Just 5 minutes of movement every hour can undo harms from inactivity

LONDON — Has life indoors during the pandemic left you more inactive and fighting off the “COVID 15”? You’re not alone. COVID quarantines have dramatically lowered the amount of physical activity many people usually get through simply socializing outdoors or by going to work. Now, researchers from King’s College London say getting up and moving around for just five minutes every hour can help people shake off their pandemic inactivity.

The team compared the levels of physical activity in people suffering from genetic muscle disorders, such as muscular dystrophy, prior to and toward the end of quarantine. The participants consisted of adults with a variety of physical capacities, ranging from very mobile to needing assistance to move. The study also included 41 people in wheelchairs, who studies frequently overlook, according to the team. The results, according to the researchers, are applicable to people with a variety of capabilities since COVID isolation or switching to remote work disrupted many individuals’ normal schedules.

During the year-long assessment, accelerometers gauged the level of physical activity prior to quarantine in 2019 until the end of quarantine in 2020. These sensors recorded the duration, regularity, and degree of movement in four different categories: robust, mild, low, and sedentary.

Throughout the pandemic, results showed a considerable drop in the degree of physical activity participants got each day. Individuals, on average, were engaging in nearly an hour and a half of mild exercise each day prior to quarantine. As a result of the confinement, people spent an average of 25 minutes less each day on low activity tasks and moved less often (11% less per hour) during the day.

Being physically active is about more than just working out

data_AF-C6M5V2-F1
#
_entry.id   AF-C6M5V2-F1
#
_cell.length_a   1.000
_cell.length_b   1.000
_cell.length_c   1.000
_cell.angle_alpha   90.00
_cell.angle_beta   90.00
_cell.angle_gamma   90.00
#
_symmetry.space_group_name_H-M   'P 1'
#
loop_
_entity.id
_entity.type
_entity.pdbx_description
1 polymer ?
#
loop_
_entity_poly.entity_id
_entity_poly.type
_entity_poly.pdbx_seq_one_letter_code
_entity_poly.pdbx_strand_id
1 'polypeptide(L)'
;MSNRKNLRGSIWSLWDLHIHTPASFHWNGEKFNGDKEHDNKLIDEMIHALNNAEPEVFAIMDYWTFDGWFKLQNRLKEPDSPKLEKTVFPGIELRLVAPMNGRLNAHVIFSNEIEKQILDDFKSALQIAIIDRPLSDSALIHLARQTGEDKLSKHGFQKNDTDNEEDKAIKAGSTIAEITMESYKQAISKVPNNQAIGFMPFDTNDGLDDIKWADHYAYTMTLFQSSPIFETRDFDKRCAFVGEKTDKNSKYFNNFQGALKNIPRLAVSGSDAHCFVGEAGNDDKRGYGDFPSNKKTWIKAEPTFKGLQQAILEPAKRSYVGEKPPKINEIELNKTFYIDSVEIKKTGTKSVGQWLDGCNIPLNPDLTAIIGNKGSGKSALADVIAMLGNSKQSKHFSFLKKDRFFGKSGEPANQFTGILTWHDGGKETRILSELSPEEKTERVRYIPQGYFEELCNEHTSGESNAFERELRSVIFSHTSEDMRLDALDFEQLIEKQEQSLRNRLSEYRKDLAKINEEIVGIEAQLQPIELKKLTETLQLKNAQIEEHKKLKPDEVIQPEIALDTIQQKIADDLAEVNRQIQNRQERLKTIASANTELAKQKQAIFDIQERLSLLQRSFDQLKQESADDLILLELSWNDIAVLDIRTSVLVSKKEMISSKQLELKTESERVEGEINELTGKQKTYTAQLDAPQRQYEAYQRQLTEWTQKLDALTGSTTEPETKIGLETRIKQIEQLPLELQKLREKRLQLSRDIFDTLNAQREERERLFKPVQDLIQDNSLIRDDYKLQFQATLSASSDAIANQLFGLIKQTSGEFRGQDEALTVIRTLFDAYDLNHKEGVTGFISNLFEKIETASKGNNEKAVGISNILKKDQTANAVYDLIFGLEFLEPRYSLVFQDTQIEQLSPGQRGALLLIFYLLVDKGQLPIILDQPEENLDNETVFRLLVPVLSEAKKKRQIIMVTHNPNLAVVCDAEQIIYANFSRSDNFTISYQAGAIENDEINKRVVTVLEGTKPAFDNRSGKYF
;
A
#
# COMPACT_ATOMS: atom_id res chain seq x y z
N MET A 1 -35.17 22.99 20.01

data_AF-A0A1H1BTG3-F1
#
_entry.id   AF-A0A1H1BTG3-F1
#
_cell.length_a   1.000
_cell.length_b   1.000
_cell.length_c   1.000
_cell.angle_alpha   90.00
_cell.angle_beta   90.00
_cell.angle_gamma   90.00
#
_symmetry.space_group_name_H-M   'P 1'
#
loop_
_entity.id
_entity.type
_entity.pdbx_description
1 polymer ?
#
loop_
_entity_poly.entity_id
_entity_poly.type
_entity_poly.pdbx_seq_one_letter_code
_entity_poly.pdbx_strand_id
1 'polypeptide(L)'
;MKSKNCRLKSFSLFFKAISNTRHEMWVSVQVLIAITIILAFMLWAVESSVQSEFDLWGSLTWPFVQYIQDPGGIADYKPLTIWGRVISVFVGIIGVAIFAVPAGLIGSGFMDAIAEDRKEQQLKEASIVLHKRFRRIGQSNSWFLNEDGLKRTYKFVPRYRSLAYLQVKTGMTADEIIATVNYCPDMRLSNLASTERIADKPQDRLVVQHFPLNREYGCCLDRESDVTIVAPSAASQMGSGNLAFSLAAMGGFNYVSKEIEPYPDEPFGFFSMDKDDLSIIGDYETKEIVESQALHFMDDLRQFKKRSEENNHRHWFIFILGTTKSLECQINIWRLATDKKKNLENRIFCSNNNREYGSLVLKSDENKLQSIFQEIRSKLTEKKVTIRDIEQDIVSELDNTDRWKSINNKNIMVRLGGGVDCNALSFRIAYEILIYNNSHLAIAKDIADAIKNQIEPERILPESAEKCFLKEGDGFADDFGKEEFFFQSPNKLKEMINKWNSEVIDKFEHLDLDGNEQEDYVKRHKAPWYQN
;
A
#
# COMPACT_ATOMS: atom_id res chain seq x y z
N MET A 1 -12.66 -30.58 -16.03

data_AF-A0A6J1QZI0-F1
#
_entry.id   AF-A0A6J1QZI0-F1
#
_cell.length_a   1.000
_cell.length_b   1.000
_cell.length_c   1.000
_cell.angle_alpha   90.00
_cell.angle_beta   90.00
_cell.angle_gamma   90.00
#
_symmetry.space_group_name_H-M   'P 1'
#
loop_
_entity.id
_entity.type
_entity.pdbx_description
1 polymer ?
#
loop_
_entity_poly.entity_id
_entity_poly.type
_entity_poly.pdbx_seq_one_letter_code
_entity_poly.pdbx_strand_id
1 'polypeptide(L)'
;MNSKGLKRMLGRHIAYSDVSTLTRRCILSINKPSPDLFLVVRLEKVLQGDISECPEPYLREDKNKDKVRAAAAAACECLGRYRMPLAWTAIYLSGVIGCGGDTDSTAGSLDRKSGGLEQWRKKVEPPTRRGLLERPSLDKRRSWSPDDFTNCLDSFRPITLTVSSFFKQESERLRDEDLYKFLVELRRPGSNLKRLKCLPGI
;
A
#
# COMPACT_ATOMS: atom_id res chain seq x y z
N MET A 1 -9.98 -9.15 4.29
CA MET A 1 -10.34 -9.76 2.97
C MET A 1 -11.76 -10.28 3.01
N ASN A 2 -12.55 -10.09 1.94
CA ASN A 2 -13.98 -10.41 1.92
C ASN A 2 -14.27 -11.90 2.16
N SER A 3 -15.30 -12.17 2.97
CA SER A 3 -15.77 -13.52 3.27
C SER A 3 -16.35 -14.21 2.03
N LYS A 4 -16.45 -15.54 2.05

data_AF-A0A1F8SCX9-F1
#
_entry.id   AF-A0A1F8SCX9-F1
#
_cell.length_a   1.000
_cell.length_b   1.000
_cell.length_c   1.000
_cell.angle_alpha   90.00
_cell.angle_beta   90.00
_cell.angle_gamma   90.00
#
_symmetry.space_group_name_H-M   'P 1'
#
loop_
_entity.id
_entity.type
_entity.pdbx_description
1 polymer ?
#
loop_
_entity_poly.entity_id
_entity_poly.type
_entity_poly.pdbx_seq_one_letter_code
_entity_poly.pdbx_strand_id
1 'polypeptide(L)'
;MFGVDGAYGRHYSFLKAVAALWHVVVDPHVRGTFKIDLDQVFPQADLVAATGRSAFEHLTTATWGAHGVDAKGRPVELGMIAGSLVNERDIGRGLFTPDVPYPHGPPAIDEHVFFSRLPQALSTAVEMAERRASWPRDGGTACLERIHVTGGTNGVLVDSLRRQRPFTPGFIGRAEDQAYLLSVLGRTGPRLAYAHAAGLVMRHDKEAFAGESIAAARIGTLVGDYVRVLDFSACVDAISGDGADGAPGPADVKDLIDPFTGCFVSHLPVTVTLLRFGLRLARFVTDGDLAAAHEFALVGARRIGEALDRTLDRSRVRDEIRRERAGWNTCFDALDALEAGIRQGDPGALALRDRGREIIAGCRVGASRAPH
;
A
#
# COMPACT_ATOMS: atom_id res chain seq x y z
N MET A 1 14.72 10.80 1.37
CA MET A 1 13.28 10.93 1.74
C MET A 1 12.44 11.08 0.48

Due to last year’s restrictions on traveling, outdoor recreational activities, and large gatherings, the study finds people spent less time doing light activities and moved less often in general. Since this daily light activity isn’t necessarily exercise, it’s hard for people to notice these minuscule changes in daily light activity. Despite one’s health status, moderate exercise and frequent activity during the day both play a role in better health outcomes.

“Even people who don’t do much exercise have been impacted by lockdown inactivity. During COVID-19 lockdown, our study detected an extra hour per day of inactivity in disabled and independent adults with neuromuscular diseases. Moving less is detrimental to health. Reduced activity can be especially harmful for those with neuromuscular conditions, disabilities or advanced age,” says lead author and neurological physiotherapist Sarah Roberts-Lewis in a university release.

“The reduction in light activity measured in this study is likely to be similar for anybody whose daily routine has been restricted by lockdown. Based on our findings, we suggest people move their bodies for 5 minutes each hour during the day. Additionally, spend 30 minutes each day doing some extra light activity, like yoga or chair exercises. The World Health Organization activity guidelines state ‘every move counts’; they provide suggestions about light activities suitable for all abilities. Simple changes can help with reconditioning during and after lockdown,” Roberts-Lewis concludes.

This study appears in the journal BMJ Neurology Open.